According to the New York Fed, “Research beginning in the late 1980s documents the empirical regularity that the slope of the yield curve is a reliable predictor of future real economic activity.”
The New York Fed just released its latest “Probability of U.S. Recession Predicted by Treasury Spread,” with data through April 2009, and the Fed’s recession probability forecast through April 2010 (see chart above, click to enlarge). The NY Fed’s model uses the spread between 10-year and 3-month Treasury rates (currently at 2.77%) to calculate the probability of a recession in the United States twelve months ahead (see chart below of the Treasury spread).
The Fed’s data show that the recession probability peaked during the October 2007 to April 2008 period at around 35-40%, and has been declining since then to less than 10% for December 2008 and January 2009. Looking forward through 2009, the Fed’s model shows a recession probability of only about 1% on average through the next 12 months, and below 1% by the end of the year (0.82% in December 2009). By April of 2010, the recession probability will be only 0..37%, close to the lowest level since mid-2005.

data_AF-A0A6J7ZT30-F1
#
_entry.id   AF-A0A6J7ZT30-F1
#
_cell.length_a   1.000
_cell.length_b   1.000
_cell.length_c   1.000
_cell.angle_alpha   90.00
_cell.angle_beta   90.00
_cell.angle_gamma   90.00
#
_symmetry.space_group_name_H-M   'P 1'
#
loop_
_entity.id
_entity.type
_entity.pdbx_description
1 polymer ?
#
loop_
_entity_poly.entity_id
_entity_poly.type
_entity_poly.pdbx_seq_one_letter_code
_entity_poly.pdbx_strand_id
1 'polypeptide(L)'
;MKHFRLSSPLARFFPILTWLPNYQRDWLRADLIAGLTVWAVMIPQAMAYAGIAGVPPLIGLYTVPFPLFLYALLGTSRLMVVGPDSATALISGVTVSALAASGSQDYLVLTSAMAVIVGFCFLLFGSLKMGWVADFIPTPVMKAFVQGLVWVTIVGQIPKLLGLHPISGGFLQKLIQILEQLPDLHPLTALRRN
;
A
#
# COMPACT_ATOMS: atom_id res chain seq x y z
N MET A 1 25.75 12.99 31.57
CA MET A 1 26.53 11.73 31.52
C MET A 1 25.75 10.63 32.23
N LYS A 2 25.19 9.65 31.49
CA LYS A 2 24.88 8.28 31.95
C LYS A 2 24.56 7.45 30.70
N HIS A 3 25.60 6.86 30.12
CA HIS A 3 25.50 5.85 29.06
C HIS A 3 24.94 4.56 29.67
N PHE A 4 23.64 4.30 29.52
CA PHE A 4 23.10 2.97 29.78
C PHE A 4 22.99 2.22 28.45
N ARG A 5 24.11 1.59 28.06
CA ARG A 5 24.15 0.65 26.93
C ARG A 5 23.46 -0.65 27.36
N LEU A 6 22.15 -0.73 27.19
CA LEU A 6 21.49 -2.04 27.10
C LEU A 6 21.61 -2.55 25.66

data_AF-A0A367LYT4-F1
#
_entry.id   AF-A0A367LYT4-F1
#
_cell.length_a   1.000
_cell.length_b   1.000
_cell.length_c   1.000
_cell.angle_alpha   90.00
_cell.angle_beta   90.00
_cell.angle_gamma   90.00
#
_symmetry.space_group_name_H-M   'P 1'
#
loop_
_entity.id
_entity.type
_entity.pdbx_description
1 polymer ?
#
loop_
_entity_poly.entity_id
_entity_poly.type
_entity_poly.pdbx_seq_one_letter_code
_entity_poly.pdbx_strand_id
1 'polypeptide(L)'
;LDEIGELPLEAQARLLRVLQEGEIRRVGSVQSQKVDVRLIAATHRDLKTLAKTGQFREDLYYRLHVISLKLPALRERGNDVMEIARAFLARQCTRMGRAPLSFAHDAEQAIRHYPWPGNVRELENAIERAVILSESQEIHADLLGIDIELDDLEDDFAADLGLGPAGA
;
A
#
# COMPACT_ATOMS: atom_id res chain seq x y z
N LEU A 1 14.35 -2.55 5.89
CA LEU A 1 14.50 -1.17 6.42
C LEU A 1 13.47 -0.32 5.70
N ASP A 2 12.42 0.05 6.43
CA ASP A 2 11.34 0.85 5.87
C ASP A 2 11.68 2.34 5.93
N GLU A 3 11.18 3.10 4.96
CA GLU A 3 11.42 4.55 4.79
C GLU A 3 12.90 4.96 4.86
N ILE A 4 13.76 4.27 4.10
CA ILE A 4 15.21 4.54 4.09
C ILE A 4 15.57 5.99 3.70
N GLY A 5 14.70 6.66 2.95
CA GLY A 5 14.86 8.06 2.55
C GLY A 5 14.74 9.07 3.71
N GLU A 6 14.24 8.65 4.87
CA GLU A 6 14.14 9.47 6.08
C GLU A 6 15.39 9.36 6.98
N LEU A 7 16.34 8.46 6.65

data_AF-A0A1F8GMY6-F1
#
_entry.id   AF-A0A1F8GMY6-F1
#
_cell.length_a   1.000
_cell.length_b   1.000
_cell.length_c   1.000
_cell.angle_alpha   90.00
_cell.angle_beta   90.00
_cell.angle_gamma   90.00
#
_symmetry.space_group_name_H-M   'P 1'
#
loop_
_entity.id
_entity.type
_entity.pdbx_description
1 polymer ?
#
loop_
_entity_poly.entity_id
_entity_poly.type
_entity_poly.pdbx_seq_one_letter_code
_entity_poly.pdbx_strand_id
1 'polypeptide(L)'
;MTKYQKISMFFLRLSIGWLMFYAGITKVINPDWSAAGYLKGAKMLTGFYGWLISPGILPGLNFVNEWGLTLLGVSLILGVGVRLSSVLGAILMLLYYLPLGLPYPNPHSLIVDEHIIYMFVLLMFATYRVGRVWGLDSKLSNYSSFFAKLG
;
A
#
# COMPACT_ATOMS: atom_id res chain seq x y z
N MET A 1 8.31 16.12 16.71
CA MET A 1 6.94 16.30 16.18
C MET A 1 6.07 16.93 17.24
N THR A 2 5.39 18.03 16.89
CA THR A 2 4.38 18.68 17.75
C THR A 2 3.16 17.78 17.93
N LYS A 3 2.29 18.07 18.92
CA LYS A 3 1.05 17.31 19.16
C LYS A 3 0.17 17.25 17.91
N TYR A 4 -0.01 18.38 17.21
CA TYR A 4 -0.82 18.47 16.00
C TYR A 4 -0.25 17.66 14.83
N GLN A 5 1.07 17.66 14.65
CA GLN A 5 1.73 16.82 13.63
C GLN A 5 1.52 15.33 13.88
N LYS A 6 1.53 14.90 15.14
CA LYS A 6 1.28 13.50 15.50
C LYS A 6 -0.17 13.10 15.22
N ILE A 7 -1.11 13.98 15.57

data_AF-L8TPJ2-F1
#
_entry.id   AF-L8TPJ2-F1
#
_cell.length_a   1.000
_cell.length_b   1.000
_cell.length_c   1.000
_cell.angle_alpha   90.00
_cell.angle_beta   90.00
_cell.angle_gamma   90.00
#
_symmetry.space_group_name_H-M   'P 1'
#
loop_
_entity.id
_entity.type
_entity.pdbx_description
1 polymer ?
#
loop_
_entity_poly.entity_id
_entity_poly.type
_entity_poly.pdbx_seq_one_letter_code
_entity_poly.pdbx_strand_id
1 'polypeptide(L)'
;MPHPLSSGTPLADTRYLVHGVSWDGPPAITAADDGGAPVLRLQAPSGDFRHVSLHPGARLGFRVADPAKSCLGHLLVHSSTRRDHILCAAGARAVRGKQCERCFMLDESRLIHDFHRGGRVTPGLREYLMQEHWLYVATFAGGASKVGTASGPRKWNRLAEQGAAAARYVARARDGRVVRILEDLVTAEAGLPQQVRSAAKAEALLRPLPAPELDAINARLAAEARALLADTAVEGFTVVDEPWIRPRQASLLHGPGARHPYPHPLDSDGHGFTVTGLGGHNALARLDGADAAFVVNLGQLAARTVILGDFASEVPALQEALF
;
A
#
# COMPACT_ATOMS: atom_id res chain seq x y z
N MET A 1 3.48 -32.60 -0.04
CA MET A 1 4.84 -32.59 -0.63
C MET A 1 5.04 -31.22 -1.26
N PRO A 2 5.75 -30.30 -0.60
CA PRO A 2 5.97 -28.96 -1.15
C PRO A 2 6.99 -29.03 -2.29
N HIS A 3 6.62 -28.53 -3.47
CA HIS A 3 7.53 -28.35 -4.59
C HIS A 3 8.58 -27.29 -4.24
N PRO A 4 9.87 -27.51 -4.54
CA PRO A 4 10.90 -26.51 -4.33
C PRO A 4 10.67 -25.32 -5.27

Further, the Treasury spread has been above 2% for the last 12 months, a pattern consistent with the economic recoveries following the last six recessions (see chart above).
Bottom Line: My reading of the New York Fed’s Treasury spread model suggests that an economic recovery is probably already underway, and the Fed’s model predicts the end of the recession in 2009.